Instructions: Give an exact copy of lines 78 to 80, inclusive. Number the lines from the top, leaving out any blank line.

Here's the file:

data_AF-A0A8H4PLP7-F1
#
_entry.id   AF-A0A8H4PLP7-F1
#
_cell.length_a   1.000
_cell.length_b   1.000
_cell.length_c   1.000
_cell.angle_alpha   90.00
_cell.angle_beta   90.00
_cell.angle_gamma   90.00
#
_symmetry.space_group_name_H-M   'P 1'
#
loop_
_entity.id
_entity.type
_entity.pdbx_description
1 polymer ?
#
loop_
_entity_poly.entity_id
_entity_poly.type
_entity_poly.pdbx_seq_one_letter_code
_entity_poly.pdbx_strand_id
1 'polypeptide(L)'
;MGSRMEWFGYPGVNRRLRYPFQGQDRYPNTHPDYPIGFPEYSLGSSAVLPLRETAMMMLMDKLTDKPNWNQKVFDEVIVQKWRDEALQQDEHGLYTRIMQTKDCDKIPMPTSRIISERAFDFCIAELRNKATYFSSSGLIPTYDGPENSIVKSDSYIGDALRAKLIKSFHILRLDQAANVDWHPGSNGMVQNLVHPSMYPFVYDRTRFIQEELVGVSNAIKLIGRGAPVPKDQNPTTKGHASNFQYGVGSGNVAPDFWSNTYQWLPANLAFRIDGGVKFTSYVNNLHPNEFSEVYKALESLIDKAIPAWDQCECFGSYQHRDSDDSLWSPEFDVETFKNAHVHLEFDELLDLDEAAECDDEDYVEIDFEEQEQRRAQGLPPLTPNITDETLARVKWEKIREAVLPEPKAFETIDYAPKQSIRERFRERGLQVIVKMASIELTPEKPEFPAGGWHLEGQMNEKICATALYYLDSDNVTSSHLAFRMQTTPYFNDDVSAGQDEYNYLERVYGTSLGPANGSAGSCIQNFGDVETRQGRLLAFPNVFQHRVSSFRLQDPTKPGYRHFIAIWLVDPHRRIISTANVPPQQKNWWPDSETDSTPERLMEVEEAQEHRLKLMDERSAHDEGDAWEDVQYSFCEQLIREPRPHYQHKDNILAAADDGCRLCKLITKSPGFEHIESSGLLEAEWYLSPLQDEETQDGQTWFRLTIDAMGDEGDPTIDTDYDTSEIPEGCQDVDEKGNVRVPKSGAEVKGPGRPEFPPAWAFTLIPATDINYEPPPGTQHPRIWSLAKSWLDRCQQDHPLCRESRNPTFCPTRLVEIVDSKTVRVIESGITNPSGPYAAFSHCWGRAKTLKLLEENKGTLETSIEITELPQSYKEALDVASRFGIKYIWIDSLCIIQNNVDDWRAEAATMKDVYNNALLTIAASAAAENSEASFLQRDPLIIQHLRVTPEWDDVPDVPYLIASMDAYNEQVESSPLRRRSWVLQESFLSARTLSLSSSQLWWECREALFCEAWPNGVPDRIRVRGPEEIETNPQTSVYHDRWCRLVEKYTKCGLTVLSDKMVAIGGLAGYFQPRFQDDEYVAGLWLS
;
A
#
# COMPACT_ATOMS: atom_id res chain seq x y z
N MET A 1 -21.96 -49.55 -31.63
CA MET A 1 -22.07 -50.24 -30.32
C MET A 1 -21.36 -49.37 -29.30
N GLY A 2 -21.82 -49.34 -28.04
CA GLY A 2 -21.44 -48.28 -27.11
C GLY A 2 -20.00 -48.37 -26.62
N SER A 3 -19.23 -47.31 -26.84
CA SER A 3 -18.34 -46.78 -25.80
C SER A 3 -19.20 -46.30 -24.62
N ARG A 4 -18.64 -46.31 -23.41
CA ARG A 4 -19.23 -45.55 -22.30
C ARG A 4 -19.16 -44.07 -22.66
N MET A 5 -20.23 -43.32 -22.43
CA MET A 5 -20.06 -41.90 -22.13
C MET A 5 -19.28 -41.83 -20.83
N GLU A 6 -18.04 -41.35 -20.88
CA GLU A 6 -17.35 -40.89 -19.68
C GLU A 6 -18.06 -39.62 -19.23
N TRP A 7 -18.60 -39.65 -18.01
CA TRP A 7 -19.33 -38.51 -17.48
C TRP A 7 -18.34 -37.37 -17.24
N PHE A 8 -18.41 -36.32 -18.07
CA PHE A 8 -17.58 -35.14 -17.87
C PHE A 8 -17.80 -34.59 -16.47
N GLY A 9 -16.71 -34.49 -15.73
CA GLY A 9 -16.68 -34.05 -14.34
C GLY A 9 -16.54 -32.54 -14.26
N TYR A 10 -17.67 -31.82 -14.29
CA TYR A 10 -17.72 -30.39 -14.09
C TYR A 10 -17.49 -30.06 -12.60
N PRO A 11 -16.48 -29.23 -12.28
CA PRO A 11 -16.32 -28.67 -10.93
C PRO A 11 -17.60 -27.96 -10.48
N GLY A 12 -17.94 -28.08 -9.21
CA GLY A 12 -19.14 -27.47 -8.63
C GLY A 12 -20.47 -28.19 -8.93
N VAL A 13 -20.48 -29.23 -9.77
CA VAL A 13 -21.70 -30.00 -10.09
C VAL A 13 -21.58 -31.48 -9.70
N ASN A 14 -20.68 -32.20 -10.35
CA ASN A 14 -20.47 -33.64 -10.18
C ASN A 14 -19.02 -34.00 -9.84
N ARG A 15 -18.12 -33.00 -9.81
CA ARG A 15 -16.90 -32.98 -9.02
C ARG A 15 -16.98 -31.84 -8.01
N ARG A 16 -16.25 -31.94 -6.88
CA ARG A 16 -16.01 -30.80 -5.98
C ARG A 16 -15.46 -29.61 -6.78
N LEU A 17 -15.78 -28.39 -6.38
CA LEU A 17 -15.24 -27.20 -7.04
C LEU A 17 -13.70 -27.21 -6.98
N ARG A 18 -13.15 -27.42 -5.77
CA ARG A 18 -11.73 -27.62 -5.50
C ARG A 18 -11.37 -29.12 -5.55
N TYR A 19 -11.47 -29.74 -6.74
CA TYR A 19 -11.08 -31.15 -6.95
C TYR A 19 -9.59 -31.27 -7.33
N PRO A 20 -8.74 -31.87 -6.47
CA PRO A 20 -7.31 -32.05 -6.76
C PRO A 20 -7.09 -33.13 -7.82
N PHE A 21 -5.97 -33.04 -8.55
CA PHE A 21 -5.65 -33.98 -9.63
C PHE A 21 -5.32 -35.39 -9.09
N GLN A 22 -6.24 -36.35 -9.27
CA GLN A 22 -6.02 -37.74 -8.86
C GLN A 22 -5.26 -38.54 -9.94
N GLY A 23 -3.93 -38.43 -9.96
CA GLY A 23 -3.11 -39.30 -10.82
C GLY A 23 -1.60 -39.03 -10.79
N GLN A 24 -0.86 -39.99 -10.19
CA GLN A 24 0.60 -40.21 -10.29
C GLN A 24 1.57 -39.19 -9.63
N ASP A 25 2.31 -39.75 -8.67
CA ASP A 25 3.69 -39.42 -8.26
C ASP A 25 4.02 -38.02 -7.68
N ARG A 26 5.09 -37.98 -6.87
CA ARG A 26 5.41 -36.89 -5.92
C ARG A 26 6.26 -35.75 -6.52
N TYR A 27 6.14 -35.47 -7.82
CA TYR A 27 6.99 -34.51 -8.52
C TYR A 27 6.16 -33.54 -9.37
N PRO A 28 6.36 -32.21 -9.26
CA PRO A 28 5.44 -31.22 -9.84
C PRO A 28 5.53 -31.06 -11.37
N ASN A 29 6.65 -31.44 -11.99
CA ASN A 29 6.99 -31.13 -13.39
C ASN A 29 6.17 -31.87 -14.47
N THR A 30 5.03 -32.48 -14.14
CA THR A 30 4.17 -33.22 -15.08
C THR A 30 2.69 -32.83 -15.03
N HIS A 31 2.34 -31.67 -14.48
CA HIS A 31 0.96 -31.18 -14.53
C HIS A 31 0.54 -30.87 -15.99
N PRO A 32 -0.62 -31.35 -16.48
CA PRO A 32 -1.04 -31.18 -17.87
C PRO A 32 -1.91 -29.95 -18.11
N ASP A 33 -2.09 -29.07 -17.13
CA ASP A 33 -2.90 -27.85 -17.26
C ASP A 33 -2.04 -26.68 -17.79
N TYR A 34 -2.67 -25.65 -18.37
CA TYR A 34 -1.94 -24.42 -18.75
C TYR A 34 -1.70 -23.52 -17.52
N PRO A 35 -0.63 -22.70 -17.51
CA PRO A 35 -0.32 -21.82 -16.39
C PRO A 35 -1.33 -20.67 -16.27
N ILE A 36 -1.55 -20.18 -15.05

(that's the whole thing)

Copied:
C ARG A 16 -15.46 -29.61 -6.78
N LEU A 17 -15.78 -28.39 -6.38
CA LEU A 17 -15.24 -27.20 -7.04